The next day, Monday April 30, 2012, we attempted to go to Aishalton again. This time with a different plan. And it was a success.
Rupununi River CrossingMost people took the vehicle, which had to go to Sawariwau and Katoonarib to pick people up, but I really didn’t want to sit in a vehicle all day again, so I hopped on the back of a motorcycle and went to Dadanawa Ranch to wait for everyone else. The road was slippery and muddy which can be dangerous for driving/riding…but I chose a great rider so I was safe (don’t worry, mom!)
Dadanawa is the only place where you can cross the Rupununi when it’s high. They’ve got boats and a pontoon…but if the Rupununi River is TOO high, well you’re just shit out of luck and stuck on whichever side of the river you happen to be on.
So how do you get motorcycles across a river?

Like this:

How to cross the Rupununi River with a motorcycle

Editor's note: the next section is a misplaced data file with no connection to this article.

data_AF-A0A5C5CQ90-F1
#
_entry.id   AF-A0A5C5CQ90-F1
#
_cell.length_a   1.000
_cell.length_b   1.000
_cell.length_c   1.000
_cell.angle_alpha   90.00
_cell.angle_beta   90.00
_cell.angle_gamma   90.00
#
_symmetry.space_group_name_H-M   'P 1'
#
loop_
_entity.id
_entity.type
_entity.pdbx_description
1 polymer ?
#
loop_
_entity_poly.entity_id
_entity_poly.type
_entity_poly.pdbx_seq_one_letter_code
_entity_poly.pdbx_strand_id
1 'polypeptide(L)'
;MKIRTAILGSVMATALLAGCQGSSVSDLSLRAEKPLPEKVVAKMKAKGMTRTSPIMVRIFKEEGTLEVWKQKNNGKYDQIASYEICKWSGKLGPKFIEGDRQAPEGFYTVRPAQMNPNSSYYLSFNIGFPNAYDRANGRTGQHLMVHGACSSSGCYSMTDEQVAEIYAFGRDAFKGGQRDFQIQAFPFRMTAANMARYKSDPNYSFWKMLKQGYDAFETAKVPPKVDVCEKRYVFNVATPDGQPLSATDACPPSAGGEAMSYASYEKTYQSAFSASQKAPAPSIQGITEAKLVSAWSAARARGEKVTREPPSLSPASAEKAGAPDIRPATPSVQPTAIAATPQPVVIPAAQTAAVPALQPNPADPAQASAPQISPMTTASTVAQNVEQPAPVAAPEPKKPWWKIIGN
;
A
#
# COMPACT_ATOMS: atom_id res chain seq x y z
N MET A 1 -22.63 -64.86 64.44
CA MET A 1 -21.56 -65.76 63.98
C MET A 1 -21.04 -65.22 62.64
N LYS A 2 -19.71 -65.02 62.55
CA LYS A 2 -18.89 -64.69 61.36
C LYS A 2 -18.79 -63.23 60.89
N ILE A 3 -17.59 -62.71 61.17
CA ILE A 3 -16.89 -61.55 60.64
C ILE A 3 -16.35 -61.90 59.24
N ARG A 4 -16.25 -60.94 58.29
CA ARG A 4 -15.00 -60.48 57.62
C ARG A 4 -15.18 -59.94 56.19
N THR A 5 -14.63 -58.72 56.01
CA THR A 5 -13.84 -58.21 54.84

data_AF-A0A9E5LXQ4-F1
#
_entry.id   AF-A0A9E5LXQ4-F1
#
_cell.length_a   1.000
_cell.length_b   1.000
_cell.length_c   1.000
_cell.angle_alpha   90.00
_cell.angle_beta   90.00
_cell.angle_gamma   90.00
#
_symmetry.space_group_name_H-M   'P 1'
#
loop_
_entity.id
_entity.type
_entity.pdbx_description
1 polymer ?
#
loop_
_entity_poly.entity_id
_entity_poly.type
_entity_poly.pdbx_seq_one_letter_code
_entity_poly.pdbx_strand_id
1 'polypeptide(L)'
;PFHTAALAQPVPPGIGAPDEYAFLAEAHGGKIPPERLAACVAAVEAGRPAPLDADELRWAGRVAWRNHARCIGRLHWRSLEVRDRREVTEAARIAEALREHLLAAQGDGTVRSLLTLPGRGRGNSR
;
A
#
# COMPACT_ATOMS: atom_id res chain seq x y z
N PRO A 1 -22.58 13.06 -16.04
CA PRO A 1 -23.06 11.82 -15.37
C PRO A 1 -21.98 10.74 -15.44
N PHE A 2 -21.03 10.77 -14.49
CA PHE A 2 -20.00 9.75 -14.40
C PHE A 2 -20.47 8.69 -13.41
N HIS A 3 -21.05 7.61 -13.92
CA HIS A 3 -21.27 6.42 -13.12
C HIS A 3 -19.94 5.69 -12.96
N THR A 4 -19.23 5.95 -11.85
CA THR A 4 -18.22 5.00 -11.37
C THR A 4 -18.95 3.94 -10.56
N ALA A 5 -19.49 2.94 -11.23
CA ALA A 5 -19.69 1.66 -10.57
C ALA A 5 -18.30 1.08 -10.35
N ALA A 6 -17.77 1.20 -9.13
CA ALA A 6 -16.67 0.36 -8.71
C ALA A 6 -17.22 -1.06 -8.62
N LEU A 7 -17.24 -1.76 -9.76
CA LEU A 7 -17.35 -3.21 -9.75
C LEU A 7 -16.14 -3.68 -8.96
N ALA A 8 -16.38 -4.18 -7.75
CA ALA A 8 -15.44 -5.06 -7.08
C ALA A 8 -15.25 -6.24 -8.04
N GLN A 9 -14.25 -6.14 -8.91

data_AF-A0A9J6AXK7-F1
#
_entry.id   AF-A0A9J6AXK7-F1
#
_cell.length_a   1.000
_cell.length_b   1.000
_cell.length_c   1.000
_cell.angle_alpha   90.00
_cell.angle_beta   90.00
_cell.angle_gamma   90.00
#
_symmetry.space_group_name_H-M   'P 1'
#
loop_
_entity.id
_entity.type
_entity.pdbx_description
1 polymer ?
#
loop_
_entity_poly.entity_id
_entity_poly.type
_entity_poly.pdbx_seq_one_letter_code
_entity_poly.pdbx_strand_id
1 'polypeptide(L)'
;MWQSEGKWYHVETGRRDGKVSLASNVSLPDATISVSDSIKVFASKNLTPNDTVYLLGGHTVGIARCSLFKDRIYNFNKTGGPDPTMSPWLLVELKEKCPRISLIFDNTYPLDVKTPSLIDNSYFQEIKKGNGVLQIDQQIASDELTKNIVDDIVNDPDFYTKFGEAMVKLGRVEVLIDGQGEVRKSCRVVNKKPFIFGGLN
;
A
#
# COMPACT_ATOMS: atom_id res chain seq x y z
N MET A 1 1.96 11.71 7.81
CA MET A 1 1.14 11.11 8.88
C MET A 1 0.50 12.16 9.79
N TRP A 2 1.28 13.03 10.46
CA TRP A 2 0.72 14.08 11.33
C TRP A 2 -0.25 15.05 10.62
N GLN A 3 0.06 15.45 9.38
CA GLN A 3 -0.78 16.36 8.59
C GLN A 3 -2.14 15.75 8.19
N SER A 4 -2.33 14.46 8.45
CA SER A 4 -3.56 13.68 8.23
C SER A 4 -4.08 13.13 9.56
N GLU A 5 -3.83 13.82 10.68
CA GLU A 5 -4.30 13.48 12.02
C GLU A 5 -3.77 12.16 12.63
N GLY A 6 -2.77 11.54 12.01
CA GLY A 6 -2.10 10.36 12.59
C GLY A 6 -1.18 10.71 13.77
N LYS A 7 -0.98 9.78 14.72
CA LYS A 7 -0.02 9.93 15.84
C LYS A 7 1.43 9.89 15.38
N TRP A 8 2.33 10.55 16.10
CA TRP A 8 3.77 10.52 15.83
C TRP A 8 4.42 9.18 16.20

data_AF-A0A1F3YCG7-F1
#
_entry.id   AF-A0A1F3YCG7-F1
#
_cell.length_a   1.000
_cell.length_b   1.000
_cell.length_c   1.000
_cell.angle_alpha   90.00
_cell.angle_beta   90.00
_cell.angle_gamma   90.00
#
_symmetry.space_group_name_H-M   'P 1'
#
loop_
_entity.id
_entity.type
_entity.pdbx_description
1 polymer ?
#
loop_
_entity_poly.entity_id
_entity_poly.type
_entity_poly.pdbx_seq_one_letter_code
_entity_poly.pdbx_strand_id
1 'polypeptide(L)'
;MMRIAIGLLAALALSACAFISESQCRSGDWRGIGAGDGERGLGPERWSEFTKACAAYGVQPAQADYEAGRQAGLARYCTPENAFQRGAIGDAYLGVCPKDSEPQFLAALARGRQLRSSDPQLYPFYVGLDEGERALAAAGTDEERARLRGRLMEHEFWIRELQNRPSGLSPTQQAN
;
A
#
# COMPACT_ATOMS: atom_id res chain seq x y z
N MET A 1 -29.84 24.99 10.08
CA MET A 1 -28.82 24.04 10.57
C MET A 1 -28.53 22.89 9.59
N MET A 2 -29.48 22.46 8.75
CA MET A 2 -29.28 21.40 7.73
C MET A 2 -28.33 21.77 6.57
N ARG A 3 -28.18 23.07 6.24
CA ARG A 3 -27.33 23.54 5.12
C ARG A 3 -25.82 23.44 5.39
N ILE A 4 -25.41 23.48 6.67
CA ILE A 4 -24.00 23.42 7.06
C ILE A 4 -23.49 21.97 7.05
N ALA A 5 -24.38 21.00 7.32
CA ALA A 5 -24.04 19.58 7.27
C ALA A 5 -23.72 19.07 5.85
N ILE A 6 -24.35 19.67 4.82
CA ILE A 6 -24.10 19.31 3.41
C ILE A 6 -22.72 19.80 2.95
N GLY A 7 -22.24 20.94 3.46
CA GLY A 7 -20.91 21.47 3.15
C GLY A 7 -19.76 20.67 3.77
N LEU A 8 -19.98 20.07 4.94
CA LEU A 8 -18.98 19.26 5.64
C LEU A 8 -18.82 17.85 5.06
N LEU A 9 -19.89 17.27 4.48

The point of this whole story is that we successfully made it into Aishalton after crossing the water at Dadanawa Ranch and hiring another vehicle (which so happened to be already on the Aishalton side of the river since we didn’t want to load up a truck on the pontoon).
We stuffed about 8 people, including the driver, into a jeep. One person sat in the trunk/back with all the load, 4 in the back seat, and 3 in front (driver included). It was uncomfortable, needless to say, and we got stuck in a swamp as soon as we set out from the ranch… but we made it!

Stuck in a swamp

Let's drive up a rock...why not?

Rupununi Savannah

P.S. Aishalton has internet (whee!) and interneting from a hammock is one of the better things in this world.

My New Home: Shulinab

19 Mar